Patient lifting slings
Issued: 8 March 2010
Last Updated: 24 October 2013
This safety alert aims to:
- inform people of the risk of patients falling out of patient lifting slings attached to patient hoists while the hoist is being moved
- provide guidance on ways to control the risk of a patient falling from a patient lifting sling/hoist and to ensure a safe system of work is followed.
Workplace Health and Safety Queensland investigated an incident involving an elderly person who fell from a sling that was attached to a patient lifting hoist. The patient sustained injuries including a broken leg.
The investigation highlighted the need for the regular reassessment of the patient to ensure a safe method of transfer, as well as a reliable system for sling selection, maintenance and use of slings.
Assess the patient to determine the appropriate sling, hoist and transfer method to use.
Reassess the patient on a regular basis or when there is a notable change to their physical and/or mental status and use the most appropriate sling, hoist and transfer method.
Where the risk of a patient injury from transfer is high and the risk cannot be adequately controlled, eliminate it by providing an alternate care plan (e.g. sponge bath in bed).
Communicate any changes in the patient's transfer requirements to all staff that are responsible for the care of the patient (e.g. document in the patient care plan, update at staff changeover).
Proper sling selection
Selecting the type and size of sling should be based on the patient assessment and their transfer requirements.
Use slings that provide sufficient leg support to prevent patients slipping through slings.
Check the selected sling has the appropriate safe work load (SWL) for the patient and is compatible with the hoist being used.
Note: Sling sizes are not consistent across manufacturers. This variation in sizing/fit results in different patient positioning.
Sling availability and integrity/condition
Ensure a range of sling types and sizes are available in order to meet the wide range of patient needs.
Follow the manufacturer's specifications regarding checking sling and hoist integrity and condition.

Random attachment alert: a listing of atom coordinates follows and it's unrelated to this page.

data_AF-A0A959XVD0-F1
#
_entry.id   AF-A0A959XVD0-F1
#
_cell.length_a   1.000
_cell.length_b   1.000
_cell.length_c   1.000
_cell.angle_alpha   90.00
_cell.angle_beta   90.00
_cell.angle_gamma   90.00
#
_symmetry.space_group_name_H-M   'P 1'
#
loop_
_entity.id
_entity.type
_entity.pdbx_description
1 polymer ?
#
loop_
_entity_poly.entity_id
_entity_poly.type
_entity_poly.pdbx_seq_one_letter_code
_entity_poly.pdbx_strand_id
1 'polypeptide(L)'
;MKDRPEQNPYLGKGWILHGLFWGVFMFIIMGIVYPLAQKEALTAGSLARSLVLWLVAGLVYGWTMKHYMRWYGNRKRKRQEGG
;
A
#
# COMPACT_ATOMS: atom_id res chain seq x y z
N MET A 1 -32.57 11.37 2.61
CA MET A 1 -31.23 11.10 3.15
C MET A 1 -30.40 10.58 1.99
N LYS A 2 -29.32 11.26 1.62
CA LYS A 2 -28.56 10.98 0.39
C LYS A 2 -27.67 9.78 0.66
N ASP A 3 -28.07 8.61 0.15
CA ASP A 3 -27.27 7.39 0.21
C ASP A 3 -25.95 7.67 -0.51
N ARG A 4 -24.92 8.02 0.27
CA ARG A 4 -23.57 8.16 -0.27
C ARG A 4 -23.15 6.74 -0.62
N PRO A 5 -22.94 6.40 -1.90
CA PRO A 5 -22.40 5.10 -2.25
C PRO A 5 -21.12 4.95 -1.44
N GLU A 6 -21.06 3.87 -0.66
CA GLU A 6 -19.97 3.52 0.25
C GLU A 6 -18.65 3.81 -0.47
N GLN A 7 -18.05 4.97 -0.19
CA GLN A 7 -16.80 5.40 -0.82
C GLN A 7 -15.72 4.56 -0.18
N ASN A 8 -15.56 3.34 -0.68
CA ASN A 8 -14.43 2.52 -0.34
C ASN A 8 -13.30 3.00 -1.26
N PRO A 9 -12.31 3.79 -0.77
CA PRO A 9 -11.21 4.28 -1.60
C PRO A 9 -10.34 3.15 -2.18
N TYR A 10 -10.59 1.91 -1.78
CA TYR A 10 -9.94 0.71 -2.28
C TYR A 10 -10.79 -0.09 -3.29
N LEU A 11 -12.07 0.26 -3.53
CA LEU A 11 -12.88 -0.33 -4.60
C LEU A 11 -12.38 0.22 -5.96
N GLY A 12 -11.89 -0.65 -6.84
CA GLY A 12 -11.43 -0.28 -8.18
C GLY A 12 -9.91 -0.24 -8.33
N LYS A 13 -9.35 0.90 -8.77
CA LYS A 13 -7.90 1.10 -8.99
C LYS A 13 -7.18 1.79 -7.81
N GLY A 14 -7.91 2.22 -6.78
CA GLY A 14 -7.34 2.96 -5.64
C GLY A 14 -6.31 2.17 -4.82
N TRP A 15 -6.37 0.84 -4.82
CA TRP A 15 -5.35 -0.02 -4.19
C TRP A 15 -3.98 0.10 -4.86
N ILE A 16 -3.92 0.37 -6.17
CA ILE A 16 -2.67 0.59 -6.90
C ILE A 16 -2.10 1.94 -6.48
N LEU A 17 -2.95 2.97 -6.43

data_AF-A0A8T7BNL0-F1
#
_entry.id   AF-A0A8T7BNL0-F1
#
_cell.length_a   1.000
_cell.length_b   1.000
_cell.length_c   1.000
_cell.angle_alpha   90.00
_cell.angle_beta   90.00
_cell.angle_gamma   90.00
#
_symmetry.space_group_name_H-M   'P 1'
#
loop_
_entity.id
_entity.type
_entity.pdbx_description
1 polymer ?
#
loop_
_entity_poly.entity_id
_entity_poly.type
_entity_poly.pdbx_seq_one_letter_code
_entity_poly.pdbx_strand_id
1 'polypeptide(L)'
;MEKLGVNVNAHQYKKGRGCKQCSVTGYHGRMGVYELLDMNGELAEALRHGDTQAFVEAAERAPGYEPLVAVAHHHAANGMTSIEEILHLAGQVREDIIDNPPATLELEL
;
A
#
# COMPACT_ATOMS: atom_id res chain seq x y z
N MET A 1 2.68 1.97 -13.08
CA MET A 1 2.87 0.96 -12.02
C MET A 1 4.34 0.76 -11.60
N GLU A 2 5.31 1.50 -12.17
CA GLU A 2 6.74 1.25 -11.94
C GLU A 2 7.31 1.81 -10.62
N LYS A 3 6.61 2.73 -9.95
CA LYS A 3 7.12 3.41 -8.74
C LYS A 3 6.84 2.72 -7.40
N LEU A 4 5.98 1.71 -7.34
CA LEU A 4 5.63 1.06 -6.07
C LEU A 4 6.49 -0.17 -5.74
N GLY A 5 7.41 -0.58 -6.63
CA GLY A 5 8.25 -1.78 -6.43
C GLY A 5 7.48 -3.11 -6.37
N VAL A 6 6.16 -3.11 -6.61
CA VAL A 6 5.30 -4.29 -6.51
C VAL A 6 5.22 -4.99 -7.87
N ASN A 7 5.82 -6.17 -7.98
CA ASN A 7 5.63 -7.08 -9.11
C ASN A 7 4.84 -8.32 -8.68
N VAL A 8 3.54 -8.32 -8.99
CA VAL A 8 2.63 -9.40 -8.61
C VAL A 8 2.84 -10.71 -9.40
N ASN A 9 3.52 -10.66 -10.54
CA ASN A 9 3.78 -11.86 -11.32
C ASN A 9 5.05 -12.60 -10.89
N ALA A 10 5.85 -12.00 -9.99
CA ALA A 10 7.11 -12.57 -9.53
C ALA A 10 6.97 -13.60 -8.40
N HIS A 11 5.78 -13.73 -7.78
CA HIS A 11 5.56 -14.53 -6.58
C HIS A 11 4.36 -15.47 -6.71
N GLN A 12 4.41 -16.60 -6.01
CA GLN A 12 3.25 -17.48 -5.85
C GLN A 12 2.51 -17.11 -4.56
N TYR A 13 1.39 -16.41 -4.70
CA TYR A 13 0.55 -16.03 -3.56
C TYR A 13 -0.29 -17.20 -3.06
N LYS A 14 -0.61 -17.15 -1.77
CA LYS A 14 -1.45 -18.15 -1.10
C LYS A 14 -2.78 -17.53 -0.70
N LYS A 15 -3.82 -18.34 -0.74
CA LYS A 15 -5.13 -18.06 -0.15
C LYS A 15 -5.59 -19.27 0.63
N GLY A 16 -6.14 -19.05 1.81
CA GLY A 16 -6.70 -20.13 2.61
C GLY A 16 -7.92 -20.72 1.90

As a minimum:
- inspect the condition of the sling and hoist to ensure good working order prior to each use. A sling is unsafe to use if the sling (particularly the attachment points, seams and other fragile areas) is frayed or torn, has holes, broken clips or failing components.
- implement a proactive maintenance program for slings and hoists.
Training in correct sling selection and use
Trained workers should be able to:
- choose appropriate slings including sling type, size and weight limits, application of slings
- understand the consequences of incorrect sling selection and application
- inspect slings for damage prior to use
- manage infection control, hygiene, laundering and maintenance.
Other administrative controls
- Do not lift patients higher than is necessary during the transfer.
- Ensure a clear path between the two transfer surfaces.
- Provide adequate number of staff to safely perform hoist transfers.
Manufacturers and suppliers of lifting slings
Manufacturers and suppliers of lifting slings must:
- provide sufficient information to assist with the selection of the appropriate type and size of sling for individual patients including the patient's physical measurements and medical condition
- place caution labels on slings stating the importance of ensuring a patient sling is the correct size for a patient prior to lifting.
- provide information with the slings on the most secure method and configuration for attaching the patient lifting slings to the hoist in order to ensure patient safety.
The Work Health and Safety Act 2011 sets out the laws about health and safety requirements affecting most workplaces, work activities and high risk plant in Queensland. It seeks to protect the health and safety of everyone at a workplace. Duty holders should pay particular attention to sections 19 (2), 21, 25 and 26.